I am frequently put on the spot in workshops, meetings and other client facing situations and some feedback my manager gave me the other day was that I could be more confident when I’m asked a question that I don’t know the answer to. As a result, I did some research and came up with the list below.
Consider the question
- Is it even a valid question?
- Shut it down, disagree with the implied statement etc.
- What is the questioner’s motivation?
- Are they testing you or genuinely interested? If genuinely interested then a “I’ll get back to you” will probably be quite an acceptable answer.
Ask them to repeat the question as a way of stalling for time
Unless it was a very technical or heavily accented question this will almost certainly be seen as stalling for time.
Ask clarifying questions
Get the scope of the question narrowed down and in so doing giving you more time to work out how to answer.
Ask for definitions to jargon
Sometimes TLAs or other company/sector specific jargon will genuinely confuse you. Similarly, clarifying definitions can help buy time and ensure you don’t accidentally answer the “wrong” question or give away an element of your negotiation strategy.
Think out loud
Quite literally talk through what you are thinking as you work out what they want to know, what kind of information they need, and which kinds of evidence/specifics they might want.
Obviously you will then need to organise yourself and provide a clear and confident response, but it shows the questioner that you:
b) you don’t have a ready answer however you can
c) think on your feet and
d) recover to provide a clear and confident response while under pressure.
Acknowledge the person’s own work/expertise
As part of considering the question, consider the expertise and knowledge of the questioner. It may be that they have generated knowledge on the subject and you might garner some bonus points by referencing it. Even if you don’t know the answer but know that they have expertise in it, tell them that you know that they’re the expert and what you know about their expertise. Beware the temptation to avoid the question through flattery however.
Choose 1-3 points and pieces of evidence
When you are asked a question and a million possible answers pop in to your head, take a moment and identify between one and three and respond confidently and succinctly on these. Do not gabble and jump from one to the next to the next to the next. Remember that you need to be calm and respond confidently.
Tell a story
Tell a story that captures the questioner’s underlying reason for asking the question and then takes them through what is/was done.
Sometimes it is clear that the question has been asked to garner some underlying information and you can easily provide the information they seek without actually answering the direct question. Besides: everyone loves a story.
Prepare – What if…
Preparation is the key to most situations where you’re going to be put on the spot. Anticipate the kinds of information they’re likely to want and prepare stories and answers to those. Apart from allowing you to respond to any question confidently, it’ll be obvious that you’ve thought ahead, anticipated their needs and prepared accordingly – all excellent behaviours to be exhibiting.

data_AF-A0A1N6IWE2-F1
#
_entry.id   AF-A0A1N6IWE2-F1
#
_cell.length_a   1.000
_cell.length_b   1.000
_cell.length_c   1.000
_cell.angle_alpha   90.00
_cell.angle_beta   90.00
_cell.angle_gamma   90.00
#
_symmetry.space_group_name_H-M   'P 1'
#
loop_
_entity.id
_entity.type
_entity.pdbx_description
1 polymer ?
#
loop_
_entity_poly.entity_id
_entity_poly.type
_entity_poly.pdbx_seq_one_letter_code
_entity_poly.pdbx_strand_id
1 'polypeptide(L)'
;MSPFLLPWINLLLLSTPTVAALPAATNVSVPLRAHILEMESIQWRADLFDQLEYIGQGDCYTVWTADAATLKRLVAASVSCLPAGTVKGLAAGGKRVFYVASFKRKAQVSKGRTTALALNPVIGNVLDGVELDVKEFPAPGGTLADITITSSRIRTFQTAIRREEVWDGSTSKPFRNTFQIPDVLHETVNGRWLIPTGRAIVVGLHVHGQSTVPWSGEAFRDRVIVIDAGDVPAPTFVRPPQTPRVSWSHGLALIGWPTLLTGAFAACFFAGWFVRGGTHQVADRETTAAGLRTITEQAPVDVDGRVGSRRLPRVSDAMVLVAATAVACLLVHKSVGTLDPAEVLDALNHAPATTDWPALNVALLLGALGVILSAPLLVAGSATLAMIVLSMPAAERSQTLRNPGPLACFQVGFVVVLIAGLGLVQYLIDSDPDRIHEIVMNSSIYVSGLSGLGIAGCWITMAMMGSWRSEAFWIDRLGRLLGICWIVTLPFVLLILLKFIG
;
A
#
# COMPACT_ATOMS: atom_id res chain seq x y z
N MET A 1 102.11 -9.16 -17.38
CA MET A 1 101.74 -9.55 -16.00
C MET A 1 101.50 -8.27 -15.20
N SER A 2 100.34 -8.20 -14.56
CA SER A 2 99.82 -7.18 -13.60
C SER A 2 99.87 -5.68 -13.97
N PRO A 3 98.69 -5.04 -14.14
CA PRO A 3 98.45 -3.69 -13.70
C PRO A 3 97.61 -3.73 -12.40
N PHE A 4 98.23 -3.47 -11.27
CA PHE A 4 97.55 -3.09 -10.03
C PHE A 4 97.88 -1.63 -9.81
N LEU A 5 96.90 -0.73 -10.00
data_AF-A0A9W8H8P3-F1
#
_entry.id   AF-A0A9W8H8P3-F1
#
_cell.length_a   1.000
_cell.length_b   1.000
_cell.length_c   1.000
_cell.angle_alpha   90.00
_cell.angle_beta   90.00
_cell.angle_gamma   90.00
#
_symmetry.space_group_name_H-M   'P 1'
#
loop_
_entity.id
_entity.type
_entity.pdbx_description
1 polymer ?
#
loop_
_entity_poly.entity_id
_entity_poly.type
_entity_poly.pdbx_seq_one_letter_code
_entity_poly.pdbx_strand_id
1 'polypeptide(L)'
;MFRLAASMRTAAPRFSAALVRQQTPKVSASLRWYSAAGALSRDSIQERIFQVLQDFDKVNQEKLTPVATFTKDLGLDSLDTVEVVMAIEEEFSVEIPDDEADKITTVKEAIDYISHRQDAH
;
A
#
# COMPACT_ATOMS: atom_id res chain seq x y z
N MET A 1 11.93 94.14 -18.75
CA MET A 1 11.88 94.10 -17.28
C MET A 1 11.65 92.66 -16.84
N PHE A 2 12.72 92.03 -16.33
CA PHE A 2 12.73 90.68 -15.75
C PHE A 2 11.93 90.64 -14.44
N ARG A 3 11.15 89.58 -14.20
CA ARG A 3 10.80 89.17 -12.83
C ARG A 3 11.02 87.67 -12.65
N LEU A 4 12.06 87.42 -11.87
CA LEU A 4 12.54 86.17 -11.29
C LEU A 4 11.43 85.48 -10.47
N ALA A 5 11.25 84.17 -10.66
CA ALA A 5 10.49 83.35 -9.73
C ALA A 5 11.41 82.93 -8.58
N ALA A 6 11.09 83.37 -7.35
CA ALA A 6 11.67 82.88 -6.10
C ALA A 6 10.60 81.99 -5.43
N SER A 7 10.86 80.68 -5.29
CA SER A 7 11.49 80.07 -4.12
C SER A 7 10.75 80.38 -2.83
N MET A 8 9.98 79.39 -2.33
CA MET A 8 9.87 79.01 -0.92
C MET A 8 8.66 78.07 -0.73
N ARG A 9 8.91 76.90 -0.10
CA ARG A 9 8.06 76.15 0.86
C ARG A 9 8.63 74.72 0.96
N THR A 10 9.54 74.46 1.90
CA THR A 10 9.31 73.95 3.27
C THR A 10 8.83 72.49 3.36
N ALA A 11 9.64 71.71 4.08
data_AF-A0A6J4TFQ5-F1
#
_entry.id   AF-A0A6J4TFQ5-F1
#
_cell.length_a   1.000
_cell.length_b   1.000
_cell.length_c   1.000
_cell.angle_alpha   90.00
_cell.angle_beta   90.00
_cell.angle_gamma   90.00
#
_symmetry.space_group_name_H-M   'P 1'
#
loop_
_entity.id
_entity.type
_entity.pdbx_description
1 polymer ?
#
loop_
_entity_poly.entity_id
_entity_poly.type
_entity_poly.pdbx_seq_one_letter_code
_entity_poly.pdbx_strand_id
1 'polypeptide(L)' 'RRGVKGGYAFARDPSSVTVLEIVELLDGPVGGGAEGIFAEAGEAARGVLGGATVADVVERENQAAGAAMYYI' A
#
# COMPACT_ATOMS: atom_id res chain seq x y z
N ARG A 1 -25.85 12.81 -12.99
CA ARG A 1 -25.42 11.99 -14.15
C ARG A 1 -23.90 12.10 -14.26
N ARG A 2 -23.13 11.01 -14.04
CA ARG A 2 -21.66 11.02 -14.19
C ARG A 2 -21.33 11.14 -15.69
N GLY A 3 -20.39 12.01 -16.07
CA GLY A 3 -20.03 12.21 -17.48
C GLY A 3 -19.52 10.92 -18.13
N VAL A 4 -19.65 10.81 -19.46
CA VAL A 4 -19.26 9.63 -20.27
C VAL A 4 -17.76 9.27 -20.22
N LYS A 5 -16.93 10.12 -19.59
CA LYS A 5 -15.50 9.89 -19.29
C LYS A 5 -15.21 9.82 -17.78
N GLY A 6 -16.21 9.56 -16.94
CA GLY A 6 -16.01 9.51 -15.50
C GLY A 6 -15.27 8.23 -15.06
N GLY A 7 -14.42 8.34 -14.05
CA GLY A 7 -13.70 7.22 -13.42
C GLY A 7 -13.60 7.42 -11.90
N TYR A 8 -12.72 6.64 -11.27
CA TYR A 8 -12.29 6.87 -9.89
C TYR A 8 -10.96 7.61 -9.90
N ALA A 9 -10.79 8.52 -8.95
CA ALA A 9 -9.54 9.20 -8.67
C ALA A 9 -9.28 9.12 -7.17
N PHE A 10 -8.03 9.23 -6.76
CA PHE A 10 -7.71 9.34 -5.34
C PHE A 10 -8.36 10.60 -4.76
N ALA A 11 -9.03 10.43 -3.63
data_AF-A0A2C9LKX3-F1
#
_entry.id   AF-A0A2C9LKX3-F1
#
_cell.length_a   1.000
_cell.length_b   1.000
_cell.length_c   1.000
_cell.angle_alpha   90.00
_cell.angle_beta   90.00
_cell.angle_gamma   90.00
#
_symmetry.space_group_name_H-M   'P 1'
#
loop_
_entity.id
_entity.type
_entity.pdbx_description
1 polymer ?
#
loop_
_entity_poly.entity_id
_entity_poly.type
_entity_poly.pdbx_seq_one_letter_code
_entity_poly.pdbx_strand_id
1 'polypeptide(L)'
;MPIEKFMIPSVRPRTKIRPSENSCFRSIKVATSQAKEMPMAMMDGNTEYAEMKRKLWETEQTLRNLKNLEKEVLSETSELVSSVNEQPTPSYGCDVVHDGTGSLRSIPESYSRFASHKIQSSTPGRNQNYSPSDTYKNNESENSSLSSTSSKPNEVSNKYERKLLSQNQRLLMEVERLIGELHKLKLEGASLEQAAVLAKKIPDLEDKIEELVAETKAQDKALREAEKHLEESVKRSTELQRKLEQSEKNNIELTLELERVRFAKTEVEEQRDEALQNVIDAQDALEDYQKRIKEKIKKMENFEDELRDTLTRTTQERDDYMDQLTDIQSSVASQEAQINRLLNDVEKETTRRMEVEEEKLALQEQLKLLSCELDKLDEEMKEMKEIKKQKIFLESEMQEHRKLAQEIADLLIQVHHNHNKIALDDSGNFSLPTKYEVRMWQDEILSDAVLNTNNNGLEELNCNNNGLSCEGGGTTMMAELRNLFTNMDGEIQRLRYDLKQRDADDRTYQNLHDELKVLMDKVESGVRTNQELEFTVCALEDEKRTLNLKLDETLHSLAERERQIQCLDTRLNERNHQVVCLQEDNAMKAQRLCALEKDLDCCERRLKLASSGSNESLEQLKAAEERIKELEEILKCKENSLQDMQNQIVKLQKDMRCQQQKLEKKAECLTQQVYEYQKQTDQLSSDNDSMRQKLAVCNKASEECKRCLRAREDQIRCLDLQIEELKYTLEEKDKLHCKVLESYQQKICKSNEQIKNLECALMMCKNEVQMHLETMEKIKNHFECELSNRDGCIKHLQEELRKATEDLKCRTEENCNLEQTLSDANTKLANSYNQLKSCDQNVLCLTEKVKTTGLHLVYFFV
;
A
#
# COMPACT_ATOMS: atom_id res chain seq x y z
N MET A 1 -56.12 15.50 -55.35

Practice clear delivery
Falling into the “preparation” bucket, practicing confident delivery will mean that when you are in fact under pressure and being made to think on your feet you don’t also have to try and remember to appear confident while desperately thinking through this list of possible response methods and trying to think of a suitable response… Practice does NOT make perfect: Practice makes PERMANENT.
What to practice?
- Speaking in a strong, confident voice – a good practice for this is to make up a story on the spot and ensure you’re maintaining the confident voice even though your made up story has silver fairies dancing with the queen while a one legged dog tells jokes to distract the guards…
- Remember that you want to be able to keep a good level of eye contact. Not a stare but a comfortable some-on-some-off kind of natural contact. It’s ok to look away to remember something and remember to re-connect when you deliver a succinct answer as it will add a confidence to any response.
- Speed of delivery – Time seems to speed up when we’re under pressure. We take a breath and take a moment to think about the question and possible answers and all of a sudden it feels like there’s been an hour’s silence. Relax – you have more time than you think. A quiet period while you gather your thoughts for a confident and well delivered answer is a million times better than filling the space with er… or simply filling it with the random and unconnected things that “might” be vaguely connected to a possible answer.
- Body language – I’m terrible for this as I am always catching myself dry-wringing my hands or fiddling with a pen: all signs of discomfort and being unsure of oneself.
- Use the questioner’s name in your response. Confident people use other people’s names when they talk. Practice this with your friends. It might be slightly odd, but then isn’t dealing with feeling odd a confidence thing anyway?
- Go on an improvisation course – Seriously, this will give you the practice and skills to be able to think on your feet, appear confident and absolutely own any off-the-cuff questions and situations that might arise.
I don’t know
I don’t mind admitting I don’t know something but I hate having to take away actions from a meeting but if all else fails “I don’t have the answer right now, but let me reach out to some colleagues and get the answer for you in the next 24hrs.”
Hopefully I’ll remember some of these for the next client meetings I have (and I have a few coming up!)